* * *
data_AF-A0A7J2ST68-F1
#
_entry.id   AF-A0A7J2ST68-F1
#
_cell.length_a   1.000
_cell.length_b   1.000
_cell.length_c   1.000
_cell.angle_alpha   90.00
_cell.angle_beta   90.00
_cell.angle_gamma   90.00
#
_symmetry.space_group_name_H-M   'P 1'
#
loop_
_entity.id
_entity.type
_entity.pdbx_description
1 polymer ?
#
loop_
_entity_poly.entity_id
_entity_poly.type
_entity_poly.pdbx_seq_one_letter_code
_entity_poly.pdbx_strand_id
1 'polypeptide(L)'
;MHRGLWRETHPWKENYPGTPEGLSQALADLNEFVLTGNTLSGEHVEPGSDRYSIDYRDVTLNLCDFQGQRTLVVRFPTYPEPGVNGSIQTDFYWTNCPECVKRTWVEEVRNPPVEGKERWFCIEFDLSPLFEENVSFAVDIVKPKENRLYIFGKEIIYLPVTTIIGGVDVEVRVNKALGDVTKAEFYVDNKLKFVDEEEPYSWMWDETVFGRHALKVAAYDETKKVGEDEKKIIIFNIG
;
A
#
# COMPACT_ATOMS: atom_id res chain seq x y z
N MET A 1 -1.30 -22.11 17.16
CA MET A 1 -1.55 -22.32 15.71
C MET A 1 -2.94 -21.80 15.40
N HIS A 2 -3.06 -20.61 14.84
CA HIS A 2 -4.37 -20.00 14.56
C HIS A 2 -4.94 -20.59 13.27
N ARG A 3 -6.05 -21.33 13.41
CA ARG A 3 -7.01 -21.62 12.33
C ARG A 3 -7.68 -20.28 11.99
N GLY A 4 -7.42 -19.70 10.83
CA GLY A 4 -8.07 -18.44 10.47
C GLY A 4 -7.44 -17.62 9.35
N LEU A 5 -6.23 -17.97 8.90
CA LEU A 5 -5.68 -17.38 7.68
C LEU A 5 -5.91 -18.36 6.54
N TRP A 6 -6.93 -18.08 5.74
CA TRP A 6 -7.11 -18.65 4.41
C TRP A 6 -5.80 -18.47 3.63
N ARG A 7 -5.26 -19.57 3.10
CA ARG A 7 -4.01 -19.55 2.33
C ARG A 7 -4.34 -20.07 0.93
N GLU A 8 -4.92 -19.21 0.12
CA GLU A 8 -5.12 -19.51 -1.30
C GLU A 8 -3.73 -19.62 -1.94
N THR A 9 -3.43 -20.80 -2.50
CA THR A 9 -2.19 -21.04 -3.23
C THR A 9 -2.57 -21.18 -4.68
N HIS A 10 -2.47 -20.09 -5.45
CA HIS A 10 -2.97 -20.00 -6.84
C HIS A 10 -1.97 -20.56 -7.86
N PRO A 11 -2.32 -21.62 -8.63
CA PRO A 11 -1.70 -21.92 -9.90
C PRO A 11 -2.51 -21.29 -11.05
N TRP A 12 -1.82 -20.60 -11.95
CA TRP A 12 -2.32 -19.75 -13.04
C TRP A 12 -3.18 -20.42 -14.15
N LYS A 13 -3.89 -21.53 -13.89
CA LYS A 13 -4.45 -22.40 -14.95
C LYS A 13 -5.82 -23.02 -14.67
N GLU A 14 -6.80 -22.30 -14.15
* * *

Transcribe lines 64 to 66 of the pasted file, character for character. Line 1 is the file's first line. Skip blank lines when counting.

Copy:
N TRP A 12 -1.82 -20.60 -11.95
CA TRP A 12 -2.32 -19.75 -13.04
C TRP A 12 -3.18 -20.42 -14.15